Dismiss Notice
Join Physics Forums Today!
The friendliest, high quality science and math community on the planet! Everyone who loves science is here!

2nd Order Nonlinear Differential Equation

  1. Sep 7, 2014 #1
    Hi everyone,

    I need some help to solve this differential equation.

    The question states "Use the perturbation or multiple scale method to find the third-order approximate solution for the following system:

    diff(x(t), t, t)+w^2*x(t)*(1+epsilon*x(t)^2) = 0 "

    Currently, I am still reading and studying on this perturbation method.

    Any advise or directions of what I need to do is much appreciated.
    Thank you for your help in advance.

    John
     

    Attached Files:

  2. jcsd
  3. Sep 7, 2014 #2
    Hi !

    First, solve the non-perturbated ODE.
    Then, add a term with coefficient epsilon (see attachment) :
     

    Attached Files:

  4. Sep 7, 2014 #3
    Hi JJacquelin

    Thank you very much for your help,
    I will try it and see if I could reach the result in that picture.
    Thank you again for helping me out.
     
  5. Sep 8, 2014 #4
    Hi JJacquelin,

    Line 7 on your attached picture, I had a little different than yours. I had X^3 instead of X^2.
    I am still working on it. Please let me know.
    Thank you,
     

    Attached Files:

  6. Sep 9, 2014 #5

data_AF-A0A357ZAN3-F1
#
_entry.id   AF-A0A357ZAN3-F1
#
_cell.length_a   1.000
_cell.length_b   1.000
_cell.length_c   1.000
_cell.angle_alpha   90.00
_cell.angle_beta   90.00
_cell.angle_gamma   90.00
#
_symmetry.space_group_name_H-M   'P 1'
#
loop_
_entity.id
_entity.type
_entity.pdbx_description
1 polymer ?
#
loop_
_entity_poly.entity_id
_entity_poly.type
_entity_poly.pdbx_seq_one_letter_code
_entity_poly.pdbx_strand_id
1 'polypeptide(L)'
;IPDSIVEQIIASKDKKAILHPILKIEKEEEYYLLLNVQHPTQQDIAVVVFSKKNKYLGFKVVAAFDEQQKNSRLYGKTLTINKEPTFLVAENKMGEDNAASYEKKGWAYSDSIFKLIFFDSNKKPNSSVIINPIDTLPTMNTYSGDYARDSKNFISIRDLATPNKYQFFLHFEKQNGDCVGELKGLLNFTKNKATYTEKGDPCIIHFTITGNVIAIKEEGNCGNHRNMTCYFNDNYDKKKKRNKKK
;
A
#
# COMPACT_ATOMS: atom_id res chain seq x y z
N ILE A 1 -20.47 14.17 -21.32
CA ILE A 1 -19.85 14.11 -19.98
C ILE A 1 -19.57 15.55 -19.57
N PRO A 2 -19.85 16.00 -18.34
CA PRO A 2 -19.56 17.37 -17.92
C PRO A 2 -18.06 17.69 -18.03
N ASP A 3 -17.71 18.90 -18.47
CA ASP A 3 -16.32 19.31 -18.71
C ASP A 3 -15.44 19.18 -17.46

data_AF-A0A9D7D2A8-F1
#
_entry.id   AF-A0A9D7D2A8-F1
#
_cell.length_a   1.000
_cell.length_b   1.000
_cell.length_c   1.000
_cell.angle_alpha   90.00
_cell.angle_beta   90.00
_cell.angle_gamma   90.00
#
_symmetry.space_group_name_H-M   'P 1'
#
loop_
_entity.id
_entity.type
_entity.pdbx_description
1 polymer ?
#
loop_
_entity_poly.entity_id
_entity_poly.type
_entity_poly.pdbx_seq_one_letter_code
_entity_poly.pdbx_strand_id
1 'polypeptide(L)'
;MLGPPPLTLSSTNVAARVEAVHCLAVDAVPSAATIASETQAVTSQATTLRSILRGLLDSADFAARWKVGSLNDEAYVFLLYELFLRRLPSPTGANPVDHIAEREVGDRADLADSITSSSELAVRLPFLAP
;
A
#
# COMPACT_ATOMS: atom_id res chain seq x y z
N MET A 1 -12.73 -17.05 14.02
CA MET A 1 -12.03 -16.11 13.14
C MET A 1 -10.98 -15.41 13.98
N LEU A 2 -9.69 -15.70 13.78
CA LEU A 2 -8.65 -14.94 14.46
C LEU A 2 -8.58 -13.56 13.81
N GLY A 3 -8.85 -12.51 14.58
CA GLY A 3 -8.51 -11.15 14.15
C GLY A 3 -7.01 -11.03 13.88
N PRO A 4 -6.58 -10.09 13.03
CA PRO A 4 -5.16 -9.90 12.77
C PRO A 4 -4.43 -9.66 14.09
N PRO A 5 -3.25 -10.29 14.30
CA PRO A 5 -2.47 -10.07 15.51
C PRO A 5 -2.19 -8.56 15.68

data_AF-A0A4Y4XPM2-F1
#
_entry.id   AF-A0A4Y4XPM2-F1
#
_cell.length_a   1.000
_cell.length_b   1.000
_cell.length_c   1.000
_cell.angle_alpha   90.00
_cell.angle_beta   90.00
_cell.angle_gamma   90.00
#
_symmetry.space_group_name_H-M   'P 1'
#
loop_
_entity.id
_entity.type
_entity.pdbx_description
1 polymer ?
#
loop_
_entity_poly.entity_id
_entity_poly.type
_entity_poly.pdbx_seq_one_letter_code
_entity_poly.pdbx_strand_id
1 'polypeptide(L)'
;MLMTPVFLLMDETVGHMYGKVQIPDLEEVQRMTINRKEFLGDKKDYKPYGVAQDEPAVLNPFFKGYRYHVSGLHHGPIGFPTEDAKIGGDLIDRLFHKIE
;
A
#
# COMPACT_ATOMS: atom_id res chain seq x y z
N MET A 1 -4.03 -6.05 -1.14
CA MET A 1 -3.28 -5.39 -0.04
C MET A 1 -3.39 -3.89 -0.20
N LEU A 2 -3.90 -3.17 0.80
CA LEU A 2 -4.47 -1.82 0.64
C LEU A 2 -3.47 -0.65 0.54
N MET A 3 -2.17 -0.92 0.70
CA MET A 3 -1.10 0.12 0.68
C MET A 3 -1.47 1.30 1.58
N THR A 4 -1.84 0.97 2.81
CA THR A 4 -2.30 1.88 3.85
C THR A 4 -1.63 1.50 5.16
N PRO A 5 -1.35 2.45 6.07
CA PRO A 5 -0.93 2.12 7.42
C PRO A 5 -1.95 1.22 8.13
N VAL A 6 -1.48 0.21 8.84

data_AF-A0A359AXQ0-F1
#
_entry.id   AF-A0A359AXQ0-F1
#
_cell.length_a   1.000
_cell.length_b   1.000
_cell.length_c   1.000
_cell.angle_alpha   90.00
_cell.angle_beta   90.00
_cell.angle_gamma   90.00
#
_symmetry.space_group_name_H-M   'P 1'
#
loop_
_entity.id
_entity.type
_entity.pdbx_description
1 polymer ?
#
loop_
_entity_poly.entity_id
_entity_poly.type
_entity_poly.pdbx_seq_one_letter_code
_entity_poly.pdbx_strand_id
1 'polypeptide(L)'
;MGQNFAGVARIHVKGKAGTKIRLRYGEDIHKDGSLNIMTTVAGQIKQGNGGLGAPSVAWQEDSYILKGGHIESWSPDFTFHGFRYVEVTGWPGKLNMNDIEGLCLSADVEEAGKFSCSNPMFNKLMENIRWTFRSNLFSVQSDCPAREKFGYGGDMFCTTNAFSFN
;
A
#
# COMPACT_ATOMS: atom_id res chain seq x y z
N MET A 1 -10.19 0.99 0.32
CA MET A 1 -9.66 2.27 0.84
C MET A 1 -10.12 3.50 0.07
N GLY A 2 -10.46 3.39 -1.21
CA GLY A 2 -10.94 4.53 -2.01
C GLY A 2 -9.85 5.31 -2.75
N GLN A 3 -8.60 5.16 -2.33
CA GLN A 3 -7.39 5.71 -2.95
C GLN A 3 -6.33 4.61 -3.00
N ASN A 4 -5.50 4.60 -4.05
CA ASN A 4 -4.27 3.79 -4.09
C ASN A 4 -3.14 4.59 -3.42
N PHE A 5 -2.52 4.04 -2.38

Hi Jhonmm !

    You are right it isn't X^2 but X^3. This changes some terms of my comments, but this doesn't change the method to solve the problem. I suppose that you can continue by yourself.
     
  7. Sep 9, 2014 #6
    Hi JJacquelin,
    Thank you for the help.
    I will follow this method to the rest.
     
  8. Sep 9, 2014 #7

    HallsofIvy

    User Avatar
    Staff Emeritus
    Science Advisor

    "Perturbated"??? Isn't the standard "perturbed" simpler and better?
     
  9. Sep 9, 2014 #8
    I think it is perturbed.
     
  10. Sep 11, 2014 #9
    You should probably give us some boundary conditions since otherwise you might generate solutions growing without bound.
     
  11. Sep 11, 2014 #10
    The question didn't give boundary conditions. But I think it should be x(0)=x0 and [itex]\dot{x(0)}[/itex]=[itex]\dot{x}[/itex]0.
     
  12. Sep 12, 2014 #11
    Maybe take a look at http://en.wikipedia.org/wiki/Poincaré–Lindstedt_method. Or you could expand using 2 time scales instead using for example
    $$
    \frac{d^{2}x}{dt^{2}} = \partial_{\tau\tau}x_{0} + \epsilon\left( \partial_{\tau\tau}x_{1} + 2\partial_{\tau T}x_{0} \right)
    $$
    Differential equations with oscillating solutions doesn't always behave nice when using the usual perturbative approach.

    Edit: The wiki link actually treats the same equation as you are looking at! Sometimes you're lucky I guess.
     
  13. Sep 12, 2014 #12
    Thank you for your reply. I will take a look into the wiki link. :smile:
     
Know someone interested in this topic? Share this thread via Reddit, Google+, Twitter, or Facebook